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Overly-Political coworker is making me look bad

Dear Office-Politics,

I work in a relatively small three-person company. My coworker Doug and myself are on the same level, although he has more experience than I do.

Here is my perception of Doug
– He spends a lot of time chatting with the bosses and other coworkers
– He is a brownnoser, helping our boss put together his workout machine
– He does not get along often with other secretaries or assistants. They complain that he tells them what to do, or has a bad attitude towards them.
– He is the type of person who knows everyone and everything, or at least thinks he does.
– He is arrogant, a womanizer, loves to chat and joke around, but at the same time, he is smart, and has relevant experience.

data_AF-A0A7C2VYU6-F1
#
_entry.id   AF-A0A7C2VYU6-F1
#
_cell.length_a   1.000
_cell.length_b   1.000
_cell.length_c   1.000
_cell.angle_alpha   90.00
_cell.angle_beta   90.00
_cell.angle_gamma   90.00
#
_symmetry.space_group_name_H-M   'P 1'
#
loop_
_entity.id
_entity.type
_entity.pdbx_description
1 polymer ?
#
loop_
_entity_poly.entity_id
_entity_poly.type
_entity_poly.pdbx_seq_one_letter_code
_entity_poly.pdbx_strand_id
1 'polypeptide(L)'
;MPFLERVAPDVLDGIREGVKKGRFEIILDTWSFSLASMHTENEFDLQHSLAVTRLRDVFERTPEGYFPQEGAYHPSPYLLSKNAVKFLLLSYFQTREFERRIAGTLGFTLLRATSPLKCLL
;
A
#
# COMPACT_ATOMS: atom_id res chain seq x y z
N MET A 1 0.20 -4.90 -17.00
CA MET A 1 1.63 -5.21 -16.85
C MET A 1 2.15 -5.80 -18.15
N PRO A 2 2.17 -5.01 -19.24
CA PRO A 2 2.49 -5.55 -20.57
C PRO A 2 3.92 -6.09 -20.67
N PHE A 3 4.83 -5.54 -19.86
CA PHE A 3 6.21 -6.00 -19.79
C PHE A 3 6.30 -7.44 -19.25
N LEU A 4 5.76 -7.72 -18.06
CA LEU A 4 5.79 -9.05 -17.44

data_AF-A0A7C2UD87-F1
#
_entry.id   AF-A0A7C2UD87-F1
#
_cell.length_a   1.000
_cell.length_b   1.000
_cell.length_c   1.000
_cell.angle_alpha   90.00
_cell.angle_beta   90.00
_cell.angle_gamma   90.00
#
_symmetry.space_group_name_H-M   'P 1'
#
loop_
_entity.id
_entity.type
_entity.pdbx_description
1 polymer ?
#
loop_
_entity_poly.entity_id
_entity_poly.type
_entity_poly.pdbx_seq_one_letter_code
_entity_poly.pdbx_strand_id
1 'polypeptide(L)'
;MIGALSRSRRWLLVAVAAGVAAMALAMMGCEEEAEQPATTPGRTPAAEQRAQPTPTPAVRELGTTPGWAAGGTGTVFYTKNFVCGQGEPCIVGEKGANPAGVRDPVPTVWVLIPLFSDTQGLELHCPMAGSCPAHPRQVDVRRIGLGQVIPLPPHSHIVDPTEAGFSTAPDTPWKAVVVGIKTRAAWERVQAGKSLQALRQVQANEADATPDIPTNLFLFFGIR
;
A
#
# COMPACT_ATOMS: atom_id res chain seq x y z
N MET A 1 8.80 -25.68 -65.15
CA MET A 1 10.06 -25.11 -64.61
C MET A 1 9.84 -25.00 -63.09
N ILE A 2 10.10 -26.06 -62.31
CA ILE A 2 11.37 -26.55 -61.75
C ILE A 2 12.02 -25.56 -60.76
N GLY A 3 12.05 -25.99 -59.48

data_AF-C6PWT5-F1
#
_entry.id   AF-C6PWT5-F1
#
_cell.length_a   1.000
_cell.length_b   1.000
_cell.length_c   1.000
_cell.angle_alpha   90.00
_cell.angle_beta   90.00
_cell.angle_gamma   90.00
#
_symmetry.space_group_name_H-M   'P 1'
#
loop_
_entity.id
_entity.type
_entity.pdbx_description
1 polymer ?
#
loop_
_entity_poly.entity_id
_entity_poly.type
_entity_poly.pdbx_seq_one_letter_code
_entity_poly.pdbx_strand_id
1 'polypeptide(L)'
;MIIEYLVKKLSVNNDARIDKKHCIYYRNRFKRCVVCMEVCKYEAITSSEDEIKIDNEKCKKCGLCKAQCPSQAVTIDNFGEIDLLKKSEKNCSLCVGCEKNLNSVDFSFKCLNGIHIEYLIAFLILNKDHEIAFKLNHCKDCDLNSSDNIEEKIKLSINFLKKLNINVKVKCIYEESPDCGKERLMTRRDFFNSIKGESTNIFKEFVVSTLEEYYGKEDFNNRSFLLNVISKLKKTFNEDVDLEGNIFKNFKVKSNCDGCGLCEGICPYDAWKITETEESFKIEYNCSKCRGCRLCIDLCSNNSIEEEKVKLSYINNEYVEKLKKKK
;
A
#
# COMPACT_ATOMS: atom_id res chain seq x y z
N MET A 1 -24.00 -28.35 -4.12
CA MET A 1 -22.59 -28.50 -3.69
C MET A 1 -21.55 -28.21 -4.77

My problem recently is that he has been asking me to “help” him do things, which turn out to be just me doing all the work.

For example, he asked me to “help” him draft this letter, which is fine, but when he reviews it, he does it in a very demeaning manner, and it makes asking him questions difficult. He claims he is so busy or too good to do administrative work, but then he just spends time walking around, talking, and chatting.

He also asks me to help him out with his “Pet Project”…why should I help him with his pet project? Plus, it seems like he wants me to do some work for him.. not like I have nothing else to do (sarcastically).

Our boss asked us to work on this presentation (mainly me), which I did with no input or help from Doug at all. Then when I went to present to the boss, Doug joined the meeting and tried to point out everything that was wrong with the presentation. Keep in mind that the presentation was largely based on Doug’s work before I took it over. He pointed out that I missed something, and tried to make me look bad. I pointed out that I may have missed it, but it was never in the original presentation that he made either.